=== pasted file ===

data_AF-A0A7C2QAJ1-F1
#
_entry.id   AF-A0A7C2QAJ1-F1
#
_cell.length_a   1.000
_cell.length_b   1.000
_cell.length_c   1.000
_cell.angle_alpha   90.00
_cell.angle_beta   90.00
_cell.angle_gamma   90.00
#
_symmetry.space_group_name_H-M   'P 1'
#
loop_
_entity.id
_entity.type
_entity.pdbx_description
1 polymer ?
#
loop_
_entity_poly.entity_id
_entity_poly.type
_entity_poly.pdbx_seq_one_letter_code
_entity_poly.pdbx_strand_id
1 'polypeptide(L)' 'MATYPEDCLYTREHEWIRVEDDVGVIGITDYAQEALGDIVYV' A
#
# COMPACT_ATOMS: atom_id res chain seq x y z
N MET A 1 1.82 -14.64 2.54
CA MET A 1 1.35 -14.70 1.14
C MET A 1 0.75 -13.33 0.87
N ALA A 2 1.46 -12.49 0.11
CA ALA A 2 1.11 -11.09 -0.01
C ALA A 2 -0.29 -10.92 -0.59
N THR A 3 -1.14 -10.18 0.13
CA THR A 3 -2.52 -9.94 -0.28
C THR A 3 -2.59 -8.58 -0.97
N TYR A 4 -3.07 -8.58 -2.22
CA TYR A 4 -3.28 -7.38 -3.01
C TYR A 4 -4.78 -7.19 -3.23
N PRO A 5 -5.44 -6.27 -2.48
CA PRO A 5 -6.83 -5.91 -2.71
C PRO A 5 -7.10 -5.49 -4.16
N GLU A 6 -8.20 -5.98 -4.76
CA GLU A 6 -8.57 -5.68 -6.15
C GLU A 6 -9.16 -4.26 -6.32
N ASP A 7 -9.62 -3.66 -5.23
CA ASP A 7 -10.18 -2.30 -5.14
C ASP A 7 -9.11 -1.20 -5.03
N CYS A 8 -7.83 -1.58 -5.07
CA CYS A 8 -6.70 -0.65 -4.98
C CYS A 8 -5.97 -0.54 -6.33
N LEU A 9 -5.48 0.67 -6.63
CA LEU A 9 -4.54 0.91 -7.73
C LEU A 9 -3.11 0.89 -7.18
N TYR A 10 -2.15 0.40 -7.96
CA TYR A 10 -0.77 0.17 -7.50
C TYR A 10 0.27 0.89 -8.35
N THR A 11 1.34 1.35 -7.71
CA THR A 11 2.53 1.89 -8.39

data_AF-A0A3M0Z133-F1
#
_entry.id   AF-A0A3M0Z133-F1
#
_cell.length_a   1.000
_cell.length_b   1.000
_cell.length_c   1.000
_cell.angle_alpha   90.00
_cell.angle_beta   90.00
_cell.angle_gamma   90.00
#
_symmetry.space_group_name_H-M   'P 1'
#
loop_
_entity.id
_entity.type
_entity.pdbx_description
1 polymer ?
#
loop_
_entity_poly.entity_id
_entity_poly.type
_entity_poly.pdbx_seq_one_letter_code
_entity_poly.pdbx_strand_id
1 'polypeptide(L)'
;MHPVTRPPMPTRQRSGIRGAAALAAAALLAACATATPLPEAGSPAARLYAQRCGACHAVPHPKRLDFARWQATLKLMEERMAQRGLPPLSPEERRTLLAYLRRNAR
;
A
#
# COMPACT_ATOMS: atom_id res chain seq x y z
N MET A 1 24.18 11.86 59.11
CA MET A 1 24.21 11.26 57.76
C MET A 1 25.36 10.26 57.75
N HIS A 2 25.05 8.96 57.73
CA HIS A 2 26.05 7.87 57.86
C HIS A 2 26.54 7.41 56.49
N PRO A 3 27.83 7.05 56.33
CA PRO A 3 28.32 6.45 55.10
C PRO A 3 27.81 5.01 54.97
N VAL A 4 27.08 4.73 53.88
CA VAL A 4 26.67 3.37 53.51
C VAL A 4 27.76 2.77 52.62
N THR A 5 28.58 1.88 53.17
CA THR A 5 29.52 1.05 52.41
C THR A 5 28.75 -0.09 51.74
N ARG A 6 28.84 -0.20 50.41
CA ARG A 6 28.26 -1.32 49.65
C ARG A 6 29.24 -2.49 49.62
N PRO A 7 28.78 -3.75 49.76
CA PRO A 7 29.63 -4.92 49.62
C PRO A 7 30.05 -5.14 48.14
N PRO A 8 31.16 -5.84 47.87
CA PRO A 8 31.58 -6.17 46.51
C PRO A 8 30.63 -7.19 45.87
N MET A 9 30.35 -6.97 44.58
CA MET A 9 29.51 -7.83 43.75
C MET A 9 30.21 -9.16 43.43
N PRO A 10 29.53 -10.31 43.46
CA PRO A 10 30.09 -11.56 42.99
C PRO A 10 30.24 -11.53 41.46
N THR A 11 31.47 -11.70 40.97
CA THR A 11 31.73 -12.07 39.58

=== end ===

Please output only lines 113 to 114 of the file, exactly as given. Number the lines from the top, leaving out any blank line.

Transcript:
C PRO A 8 30.63 -7.19 45.87
N MET A 9 30.35 -6.97 44.58